Like what you've read?

On Line Opinion is the only Australian site where you get all sides of the story. We don't
charge, but we need your support. Here�s how you can help.

  • Advertise

    We have a monthly audience of 70,000 and advertising packages from $200 a month.

  • Volunteer

    We always need commissioning editors and sub-editors.

  • Contribute

    Got something to say? Submit an essay.

 The National Forum   Donate   Your Account   On Line Opinion   Forum   Blogs   Polling   About   
On Line Opinion logo ON LINE OPINION - Australia's e-journal of social and political debate


On Line Opinion is a not-for-profit publication and relies on the generosity of its sponsors, editors and contributors. If you would like to help, contact us.


RSS 2.0

Defining a global geography

By Eszter Hargittai and Miguel Centeno - posted Saturday, 15 September 2001


So what does this bright new world look like? We suggest that the new global geography will have two critical characteristics.

First, the nonlinear complexity of the new global structure will help determine economic, political, and social outcomes. Post-1980 globalisation is not simply a form of the 19th-century world economy at faster speed and greater volume; it represents a substantive shift in the manner in which individuals, organizations, and societies are interconnected.

Second, it is clear that globalisation does not involve a flattening of a global hierarchy. Some countries are richer, have better communications, and play a more central role. Moreover, there are clear benefits to be derived from this centrality. As globalisation intensifies, these benefits might even increase, producing practically insurmountable (if invisible) walls around the new empires. More specifically, practically all the studies point to the dominant position of the United States in practically every international network. In many ways, globalisation may be better understood as the Americanisation of the world.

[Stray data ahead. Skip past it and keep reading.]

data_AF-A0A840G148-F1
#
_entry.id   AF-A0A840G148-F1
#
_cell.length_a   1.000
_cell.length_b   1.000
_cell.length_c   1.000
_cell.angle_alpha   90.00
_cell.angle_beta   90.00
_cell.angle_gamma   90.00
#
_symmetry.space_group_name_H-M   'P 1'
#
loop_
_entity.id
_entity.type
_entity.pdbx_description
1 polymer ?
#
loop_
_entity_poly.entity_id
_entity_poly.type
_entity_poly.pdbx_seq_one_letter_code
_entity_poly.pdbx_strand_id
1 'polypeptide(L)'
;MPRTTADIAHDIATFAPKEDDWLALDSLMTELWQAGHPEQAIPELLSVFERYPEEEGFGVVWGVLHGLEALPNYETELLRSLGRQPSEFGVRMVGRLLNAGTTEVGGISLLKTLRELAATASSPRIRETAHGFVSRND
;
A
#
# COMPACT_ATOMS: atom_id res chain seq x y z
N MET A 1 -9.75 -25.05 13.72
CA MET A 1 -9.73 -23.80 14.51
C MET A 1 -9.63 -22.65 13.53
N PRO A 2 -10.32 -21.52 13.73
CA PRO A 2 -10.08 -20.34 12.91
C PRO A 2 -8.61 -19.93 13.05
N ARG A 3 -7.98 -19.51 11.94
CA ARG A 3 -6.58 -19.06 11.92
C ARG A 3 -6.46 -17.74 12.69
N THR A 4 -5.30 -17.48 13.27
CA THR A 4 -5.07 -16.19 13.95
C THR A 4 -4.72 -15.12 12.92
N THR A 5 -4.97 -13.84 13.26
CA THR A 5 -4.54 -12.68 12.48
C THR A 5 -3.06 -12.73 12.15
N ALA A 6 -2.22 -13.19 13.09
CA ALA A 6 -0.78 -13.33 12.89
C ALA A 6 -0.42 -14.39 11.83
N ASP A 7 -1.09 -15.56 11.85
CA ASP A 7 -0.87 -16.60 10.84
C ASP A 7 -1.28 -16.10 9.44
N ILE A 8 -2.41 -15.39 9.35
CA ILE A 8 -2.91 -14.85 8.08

The combination of global scale and complexity of relationships may imply that models of international governance and domination borrowed from earlier eras may no longer be relevant. If this is true, then students of globalisation will have to begin laying down the most essential foundation blocks of a new social scientific project.

  1. Pages:
  2. 1
  3. 2
  4. Page 3
  5. All

This is an edited extract from the introduction to American Behavioural Scientist 44(10). Click here to order a copy of the journal.

Discuss in our Forums

See what other readers are saying about this article!

Click here to read & post comments.

Share this:
reddit this reddit thisbookmark with Del.icio.usdigg thisseed newsvineSeed NewsvineStumbleUpon StumbleUponsubmit to propellerkwoff it

About the Authors

Eszter Hargittai is a PhD candidate in the Sociology Dept at Princeton University.

Professor Miguel Centeno is Professor of Sociology, Master of Wilson College and Director of the International Networks Archive at Princeton University.

Related Links
International Networks Archive
Princeton University
Photo of Eszter HargittaiEszter HargittaiPhoto of Miguel CentenoMiguel Centeno
Article Tools
Comment Comments
Print Printable version
Subscribe Subscribe
Email Email a friend

About Us Search Discuss Feedback Legals Privacy